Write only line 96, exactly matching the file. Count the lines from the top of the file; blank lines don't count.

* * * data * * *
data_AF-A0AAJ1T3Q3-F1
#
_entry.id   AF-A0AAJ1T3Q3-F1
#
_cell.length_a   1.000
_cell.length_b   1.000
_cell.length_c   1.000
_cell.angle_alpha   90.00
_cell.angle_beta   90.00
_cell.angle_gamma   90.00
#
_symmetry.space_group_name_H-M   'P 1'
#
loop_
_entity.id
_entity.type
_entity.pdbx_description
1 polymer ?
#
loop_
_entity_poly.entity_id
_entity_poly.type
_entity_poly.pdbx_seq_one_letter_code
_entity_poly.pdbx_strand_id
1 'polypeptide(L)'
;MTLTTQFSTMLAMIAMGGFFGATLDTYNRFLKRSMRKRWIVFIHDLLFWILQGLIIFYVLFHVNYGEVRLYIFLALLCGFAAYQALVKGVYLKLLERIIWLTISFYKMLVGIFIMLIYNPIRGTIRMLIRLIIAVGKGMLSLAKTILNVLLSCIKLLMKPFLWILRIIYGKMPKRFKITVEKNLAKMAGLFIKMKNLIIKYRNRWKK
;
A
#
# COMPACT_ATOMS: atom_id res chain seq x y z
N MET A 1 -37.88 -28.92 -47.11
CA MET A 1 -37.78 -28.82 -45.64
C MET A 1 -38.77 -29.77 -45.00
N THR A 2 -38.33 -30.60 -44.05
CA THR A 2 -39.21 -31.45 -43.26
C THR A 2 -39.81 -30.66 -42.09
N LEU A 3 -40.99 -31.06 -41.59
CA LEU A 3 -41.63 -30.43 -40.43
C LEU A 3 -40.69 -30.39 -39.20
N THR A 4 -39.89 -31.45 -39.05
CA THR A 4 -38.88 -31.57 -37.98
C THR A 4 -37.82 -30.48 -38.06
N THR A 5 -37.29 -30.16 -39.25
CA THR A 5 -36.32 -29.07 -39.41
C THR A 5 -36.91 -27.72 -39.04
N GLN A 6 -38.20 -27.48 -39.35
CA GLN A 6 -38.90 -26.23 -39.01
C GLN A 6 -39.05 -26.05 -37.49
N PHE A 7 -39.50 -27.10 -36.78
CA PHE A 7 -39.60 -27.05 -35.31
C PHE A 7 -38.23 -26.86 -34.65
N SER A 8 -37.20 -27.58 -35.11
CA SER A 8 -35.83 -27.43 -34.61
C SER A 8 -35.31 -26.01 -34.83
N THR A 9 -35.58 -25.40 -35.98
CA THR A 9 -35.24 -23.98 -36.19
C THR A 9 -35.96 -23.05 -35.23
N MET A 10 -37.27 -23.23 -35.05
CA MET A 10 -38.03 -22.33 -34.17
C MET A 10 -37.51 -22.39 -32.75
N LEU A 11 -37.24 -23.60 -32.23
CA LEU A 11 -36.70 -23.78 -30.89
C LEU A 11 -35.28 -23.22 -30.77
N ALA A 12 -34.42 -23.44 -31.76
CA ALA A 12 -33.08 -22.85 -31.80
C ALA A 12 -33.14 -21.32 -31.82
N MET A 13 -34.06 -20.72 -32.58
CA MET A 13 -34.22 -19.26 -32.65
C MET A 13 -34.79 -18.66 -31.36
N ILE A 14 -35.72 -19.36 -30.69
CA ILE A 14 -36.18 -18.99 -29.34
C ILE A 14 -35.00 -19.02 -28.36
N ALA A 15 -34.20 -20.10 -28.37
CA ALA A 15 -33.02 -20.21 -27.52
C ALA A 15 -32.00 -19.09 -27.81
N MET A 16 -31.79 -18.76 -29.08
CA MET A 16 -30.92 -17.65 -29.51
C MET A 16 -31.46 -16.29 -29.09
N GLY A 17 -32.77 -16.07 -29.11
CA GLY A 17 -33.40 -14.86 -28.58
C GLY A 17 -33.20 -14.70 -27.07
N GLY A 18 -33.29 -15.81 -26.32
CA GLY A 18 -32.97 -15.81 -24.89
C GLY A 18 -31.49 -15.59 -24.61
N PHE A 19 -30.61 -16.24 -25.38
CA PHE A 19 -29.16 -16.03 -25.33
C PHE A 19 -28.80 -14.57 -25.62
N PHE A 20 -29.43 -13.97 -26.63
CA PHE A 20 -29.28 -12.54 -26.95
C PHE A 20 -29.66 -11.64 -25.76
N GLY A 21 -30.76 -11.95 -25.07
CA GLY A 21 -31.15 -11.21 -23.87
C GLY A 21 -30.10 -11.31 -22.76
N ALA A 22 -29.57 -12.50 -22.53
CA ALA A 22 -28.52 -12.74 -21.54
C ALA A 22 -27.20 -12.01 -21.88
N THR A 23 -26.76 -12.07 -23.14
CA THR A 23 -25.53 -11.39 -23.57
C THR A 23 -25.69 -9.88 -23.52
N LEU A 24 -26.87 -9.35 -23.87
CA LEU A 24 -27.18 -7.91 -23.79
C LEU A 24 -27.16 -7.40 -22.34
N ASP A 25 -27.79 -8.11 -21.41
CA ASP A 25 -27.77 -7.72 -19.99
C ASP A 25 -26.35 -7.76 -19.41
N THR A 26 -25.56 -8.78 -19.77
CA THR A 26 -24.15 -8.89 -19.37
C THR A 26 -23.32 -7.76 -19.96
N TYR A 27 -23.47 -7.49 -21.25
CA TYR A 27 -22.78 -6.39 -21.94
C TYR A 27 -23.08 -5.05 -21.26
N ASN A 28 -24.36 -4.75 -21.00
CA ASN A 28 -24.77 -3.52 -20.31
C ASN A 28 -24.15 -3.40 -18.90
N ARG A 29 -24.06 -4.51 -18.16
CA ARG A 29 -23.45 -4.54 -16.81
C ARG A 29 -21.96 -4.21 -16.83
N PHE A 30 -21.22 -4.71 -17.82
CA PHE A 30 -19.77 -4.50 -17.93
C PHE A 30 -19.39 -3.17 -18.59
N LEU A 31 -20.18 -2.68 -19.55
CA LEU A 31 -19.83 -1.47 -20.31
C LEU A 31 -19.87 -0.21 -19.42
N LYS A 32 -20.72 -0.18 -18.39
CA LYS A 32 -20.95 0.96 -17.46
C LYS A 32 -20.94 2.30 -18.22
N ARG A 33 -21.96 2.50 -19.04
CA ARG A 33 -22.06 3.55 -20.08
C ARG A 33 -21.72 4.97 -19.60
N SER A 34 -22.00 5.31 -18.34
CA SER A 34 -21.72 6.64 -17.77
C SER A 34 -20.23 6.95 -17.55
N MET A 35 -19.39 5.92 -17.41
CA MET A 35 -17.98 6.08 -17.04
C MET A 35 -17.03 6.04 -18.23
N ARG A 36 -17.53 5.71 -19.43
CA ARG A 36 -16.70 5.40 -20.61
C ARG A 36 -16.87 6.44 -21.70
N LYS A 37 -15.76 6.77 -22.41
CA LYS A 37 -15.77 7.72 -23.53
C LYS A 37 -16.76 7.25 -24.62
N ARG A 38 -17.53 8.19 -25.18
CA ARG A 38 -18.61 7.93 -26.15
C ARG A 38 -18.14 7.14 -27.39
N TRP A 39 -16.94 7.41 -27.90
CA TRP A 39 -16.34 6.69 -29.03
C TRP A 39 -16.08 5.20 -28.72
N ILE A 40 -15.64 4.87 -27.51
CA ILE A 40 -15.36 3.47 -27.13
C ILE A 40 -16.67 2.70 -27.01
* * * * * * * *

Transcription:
C ALA A 22 -27.20 -12.01 -21.88